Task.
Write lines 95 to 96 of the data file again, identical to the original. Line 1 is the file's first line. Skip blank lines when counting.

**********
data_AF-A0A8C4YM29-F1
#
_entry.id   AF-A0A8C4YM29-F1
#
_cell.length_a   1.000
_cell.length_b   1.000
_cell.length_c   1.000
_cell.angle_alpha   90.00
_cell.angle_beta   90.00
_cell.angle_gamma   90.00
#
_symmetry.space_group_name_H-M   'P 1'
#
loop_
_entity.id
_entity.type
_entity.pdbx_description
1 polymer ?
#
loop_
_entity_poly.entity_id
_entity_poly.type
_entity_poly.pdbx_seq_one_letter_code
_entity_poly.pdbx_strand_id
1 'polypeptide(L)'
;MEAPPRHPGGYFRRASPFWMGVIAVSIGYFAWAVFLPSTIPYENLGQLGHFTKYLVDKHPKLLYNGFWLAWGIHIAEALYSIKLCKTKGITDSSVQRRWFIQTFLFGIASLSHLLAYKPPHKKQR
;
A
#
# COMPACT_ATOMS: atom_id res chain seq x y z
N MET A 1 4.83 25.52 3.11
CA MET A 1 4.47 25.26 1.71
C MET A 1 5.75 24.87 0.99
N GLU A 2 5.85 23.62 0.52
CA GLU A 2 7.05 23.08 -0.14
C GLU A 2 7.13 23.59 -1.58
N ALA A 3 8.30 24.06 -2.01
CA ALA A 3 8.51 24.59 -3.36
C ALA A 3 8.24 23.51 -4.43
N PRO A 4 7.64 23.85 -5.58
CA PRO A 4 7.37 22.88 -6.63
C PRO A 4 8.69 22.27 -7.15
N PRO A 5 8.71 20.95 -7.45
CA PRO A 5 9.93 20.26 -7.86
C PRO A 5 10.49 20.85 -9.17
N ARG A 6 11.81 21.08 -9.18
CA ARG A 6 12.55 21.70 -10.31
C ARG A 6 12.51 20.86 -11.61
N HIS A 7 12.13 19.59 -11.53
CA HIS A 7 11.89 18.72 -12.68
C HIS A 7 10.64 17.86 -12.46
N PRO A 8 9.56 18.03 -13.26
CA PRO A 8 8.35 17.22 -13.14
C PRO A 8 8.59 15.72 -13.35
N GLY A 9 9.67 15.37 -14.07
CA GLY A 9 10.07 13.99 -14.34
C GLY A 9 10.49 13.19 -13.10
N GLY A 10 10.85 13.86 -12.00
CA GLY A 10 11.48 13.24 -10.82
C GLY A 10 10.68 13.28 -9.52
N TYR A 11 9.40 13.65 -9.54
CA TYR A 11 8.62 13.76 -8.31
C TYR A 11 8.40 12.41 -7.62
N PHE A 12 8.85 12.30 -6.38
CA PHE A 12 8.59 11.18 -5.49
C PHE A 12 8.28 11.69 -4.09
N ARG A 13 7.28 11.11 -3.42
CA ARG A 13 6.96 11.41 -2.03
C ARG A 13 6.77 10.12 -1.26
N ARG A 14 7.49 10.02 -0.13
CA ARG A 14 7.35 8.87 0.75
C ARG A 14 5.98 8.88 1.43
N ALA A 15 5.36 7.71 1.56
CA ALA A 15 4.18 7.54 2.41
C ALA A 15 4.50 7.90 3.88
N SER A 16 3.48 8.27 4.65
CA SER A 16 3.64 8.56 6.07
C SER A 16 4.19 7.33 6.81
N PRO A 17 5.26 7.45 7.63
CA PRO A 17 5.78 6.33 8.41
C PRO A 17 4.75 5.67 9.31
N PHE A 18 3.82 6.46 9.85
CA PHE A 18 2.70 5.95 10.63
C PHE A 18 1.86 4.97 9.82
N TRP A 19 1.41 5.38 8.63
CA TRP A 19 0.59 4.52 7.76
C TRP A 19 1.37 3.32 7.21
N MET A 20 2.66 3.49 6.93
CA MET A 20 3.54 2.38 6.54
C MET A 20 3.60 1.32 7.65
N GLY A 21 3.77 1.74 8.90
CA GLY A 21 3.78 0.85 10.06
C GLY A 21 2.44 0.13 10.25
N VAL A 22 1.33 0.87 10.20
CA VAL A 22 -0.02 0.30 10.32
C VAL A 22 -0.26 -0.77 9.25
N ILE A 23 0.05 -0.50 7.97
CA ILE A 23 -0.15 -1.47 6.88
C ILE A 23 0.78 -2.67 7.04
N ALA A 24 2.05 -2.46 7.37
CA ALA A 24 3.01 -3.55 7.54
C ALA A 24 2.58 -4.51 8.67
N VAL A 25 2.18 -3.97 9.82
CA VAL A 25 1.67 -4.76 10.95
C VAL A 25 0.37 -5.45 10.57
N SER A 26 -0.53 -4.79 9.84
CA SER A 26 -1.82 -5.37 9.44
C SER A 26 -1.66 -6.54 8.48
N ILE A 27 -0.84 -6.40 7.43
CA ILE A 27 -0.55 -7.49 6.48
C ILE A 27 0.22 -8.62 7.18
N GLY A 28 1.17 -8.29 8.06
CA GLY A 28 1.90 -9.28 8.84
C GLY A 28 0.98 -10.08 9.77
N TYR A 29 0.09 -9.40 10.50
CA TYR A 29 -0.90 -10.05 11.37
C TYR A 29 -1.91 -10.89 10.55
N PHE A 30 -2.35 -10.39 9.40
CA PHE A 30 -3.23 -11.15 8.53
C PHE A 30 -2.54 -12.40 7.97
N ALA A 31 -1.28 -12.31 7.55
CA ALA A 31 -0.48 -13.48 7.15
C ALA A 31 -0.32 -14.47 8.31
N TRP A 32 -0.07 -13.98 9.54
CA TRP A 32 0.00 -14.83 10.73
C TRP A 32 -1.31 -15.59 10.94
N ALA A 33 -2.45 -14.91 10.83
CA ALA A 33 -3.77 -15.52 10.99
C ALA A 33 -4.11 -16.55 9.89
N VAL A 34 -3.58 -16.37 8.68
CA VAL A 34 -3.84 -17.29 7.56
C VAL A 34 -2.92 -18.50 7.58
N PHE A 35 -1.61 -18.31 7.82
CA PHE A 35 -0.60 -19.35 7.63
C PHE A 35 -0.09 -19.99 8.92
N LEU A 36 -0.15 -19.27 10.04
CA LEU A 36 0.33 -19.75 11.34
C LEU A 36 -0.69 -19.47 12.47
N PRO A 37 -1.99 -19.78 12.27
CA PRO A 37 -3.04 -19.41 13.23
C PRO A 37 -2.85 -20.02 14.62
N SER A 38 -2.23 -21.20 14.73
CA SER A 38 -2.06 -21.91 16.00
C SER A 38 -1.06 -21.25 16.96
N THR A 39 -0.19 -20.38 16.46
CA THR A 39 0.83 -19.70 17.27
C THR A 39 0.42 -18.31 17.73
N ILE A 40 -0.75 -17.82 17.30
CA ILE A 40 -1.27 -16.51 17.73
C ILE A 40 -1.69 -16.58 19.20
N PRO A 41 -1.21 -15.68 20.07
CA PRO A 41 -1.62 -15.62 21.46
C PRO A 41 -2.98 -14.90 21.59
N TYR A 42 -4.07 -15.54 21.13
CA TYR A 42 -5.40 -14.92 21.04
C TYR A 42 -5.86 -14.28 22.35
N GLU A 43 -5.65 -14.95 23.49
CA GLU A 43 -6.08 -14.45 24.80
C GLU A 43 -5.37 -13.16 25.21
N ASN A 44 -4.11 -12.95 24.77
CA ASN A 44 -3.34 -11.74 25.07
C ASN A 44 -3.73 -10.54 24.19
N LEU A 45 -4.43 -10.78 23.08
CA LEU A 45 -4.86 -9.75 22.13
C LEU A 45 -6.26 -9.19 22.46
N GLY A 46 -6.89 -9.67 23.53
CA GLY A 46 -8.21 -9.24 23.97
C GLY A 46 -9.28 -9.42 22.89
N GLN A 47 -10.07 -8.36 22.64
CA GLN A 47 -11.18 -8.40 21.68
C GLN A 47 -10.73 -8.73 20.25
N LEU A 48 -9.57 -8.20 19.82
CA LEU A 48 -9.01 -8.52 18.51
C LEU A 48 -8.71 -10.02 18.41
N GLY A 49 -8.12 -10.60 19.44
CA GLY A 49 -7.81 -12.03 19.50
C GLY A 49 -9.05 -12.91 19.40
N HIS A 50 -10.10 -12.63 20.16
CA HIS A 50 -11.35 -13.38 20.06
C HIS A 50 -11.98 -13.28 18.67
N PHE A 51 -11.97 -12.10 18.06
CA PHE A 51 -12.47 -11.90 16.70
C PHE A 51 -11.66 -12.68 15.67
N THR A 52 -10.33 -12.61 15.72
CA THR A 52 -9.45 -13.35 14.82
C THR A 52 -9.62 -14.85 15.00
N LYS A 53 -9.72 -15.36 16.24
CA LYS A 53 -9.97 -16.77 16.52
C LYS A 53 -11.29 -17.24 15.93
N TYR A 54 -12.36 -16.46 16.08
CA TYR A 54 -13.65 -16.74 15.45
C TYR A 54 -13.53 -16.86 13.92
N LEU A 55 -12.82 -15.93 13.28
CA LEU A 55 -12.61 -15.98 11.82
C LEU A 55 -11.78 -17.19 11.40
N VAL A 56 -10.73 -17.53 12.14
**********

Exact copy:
CA VAL A 22 -0.02 0.30 10.32
C VAL A 22 -0.26 -0.77 9.25